Stephen of Salanhac, OP, once described the Dominican friar as “a canon by profession, a monk in austerity of his life, and an apostle by his office.”

What is a Dominican Friar?

Stephen of Salanhac, OP, once described the Dominican friar as “a canon by profession, a monk in austerity of his life, and an apostle by his office.” Although an apt illustration, Stephen’s words require a fuller explanation.
Dominicans are not quite canons regular (as are the Norbertines), but we do find great joy in the prayerful recitation of the Liturgy of the Hours. All of our priories and communities pray the office in choir, offering our praise to God throughout the day.
Dominicans embrace a life of Gospel poverty and simplicity, just as Benedictine or Trappist monks do, but we are not bound to one cloister. As followers of the Rule of Saint Augustine, and exhorted by Saint Dominic’s last will and testament, we “hold all things in common” (as did the first disciples in the Acts of the Apostles).
Finally, Dominicans share in the office of the apostles by proclaiming the Gospel in every time and place – evangelizing, combating heresy and error, and performing the spiritual works of mercy – but Dominicans are not diocesan priests.
Nourished by our life in common, plus many hours at study and prayer, Dominicans offer our very lives for the sake of preaching the Gospel. What we receive from the Lord, we pass on to others; sharing the fruits of our contemplation, so that all may come to know and love God.
So what, then, is the Dominican friar? He is a contemplative preacher.

Suggested Reading: Early Dominicans. Selected Writings by Simon Tugwell OP; Darton, Longman and Todd, 1997.



Characteristics of Dominican Prayer

The Eucharist and the Divine Office

Before founding the Order of Preachers, Saint Dominic was intimately involved in the official prayer of the Church. Everyday he offered the Eucharis­tic sacrifice, and participated in the Divine Office. Dominic looked to Christ in his perfect prayer to the Father, knowing that it is through such an orientation that mankind begins to be saved. He passed this belief and tradition on to his followers, recognizing that our prayer in common–at daily Mass and in the choral recitation of the Liturgy of the Hours–was necessary for the flourishing of our common life.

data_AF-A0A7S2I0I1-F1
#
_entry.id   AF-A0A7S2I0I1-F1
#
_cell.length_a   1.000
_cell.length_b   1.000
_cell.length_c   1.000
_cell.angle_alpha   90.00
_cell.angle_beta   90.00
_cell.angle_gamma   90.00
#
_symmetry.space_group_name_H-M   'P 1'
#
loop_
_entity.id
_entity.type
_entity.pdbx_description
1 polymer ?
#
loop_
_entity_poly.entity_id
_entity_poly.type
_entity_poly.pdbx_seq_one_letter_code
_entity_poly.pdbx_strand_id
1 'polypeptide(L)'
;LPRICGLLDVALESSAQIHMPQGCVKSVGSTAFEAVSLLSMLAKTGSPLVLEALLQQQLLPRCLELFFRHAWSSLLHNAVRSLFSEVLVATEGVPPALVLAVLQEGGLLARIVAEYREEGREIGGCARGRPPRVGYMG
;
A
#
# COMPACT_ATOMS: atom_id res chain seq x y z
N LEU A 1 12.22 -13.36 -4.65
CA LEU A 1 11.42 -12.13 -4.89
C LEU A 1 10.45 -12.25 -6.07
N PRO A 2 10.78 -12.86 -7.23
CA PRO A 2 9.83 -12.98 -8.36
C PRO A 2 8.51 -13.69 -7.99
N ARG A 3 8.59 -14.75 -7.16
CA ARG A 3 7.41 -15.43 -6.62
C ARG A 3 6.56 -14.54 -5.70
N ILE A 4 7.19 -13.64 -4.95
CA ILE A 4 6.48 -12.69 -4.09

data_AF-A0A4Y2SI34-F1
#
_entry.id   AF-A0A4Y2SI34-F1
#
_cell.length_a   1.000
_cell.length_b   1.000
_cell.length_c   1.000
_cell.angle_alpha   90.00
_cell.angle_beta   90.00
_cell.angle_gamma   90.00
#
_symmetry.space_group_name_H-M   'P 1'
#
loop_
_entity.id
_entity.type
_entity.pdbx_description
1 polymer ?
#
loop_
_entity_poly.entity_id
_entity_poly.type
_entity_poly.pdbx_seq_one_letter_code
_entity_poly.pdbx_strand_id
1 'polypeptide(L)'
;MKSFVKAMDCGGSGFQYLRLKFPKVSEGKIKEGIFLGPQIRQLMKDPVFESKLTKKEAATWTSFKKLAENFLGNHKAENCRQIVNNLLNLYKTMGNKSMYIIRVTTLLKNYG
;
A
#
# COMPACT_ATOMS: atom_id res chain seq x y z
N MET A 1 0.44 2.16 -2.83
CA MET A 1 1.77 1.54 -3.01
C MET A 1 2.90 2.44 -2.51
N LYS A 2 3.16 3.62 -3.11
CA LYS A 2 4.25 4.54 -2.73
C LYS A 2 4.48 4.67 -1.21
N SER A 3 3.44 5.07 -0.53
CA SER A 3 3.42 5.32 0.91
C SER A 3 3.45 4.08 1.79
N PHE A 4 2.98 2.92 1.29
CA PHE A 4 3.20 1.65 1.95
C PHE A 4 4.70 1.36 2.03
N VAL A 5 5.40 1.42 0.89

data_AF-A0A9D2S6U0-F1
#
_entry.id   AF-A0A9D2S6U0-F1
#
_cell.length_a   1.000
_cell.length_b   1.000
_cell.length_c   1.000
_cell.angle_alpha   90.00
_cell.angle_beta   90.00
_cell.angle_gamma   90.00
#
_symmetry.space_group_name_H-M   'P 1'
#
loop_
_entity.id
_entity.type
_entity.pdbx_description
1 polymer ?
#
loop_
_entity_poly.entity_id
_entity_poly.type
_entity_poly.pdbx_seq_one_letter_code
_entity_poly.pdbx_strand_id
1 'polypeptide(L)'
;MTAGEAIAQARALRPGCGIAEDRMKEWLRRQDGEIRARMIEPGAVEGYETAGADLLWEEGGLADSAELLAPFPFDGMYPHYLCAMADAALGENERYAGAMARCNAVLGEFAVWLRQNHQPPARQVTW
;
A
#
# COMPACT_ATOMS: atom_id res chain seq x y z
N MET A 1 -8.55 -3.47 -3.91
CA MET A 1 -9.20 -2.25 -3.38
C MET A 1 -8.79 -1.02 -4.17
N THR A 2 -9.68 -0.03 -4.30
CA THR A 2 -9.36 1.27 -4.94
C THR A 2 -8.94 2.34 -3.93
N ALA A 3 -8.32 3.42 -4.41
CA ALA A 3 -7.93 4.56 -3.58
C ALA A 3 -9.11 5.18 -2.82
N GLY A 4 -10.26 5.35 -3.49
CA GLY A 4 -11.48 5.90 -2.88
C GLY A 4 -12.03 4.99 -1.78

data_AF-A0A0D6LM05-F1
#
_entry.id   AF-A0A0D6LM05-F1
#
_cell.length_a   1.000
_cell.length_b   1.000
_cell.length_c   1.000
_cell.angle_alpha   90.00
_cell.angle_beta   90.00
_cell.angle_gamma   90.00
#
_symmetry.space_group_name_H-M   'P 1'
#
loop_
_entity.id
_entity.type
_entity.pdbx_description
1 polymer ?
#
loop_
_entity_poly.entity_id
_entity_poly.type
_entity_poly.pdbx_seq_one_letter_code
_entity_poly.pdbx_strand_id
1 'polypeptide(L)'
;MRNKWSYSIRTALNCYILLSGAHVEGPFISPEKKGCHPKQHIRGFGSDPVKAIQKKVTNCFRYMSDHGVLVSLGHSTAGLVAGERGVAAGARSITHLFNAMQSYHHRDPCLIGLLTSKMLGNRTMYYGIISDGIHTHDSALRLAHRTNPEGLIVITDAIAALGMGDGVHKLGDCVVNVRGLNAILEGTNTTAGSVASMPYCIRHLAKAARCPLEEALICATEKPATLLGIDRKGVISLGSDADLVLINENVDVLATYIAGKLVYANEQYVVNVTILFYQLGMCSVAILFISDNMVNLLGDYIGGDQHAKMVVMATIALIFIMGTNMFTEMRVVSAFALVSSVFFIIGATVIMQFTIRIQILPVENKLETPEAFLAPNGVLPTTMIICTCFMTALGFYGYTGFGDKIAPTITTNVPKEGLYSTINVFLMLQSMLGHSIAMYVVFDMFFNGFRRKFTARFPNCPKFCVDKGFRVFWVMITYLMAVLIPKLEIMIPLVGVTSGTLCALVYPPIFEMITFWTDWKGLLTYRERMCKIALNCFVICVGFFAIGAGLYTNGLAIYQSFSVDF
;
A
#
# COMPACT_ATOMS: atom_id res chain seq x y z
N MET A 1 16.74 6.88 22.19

Contemplative Study

In the middle ages, many people saw study as an obstacle to prayer, which was regarded as a pious exercise of the heart. Dominic, however, saw study as an opportunity to enlighten the mind and direct the heart towards God. For the Dominican, study is meant to be contemplative. This is not an emptying of the mind, but a more loving exploration of the created world as it reflects the grandeur of God. In order to do this, one’s mind must first be informed by Christ, as revealed in Sacred Scripture and the writings of the Church Fathers and the Saints.

The Rosary

For centuries the Order of Preachers has promoted the rosary among the faithful, helping establish the Rosary Confraternity and prayer groups around the world. Everyday Dominicans recite at least five decades, fostering devotion to the Blessed Virgin Mary and asking for her intercession. As we pray and meditate on the words and actions of Christ and his mother, we reflect on the mystery of salvation and our mission to proclaim the good news.

Private Prayer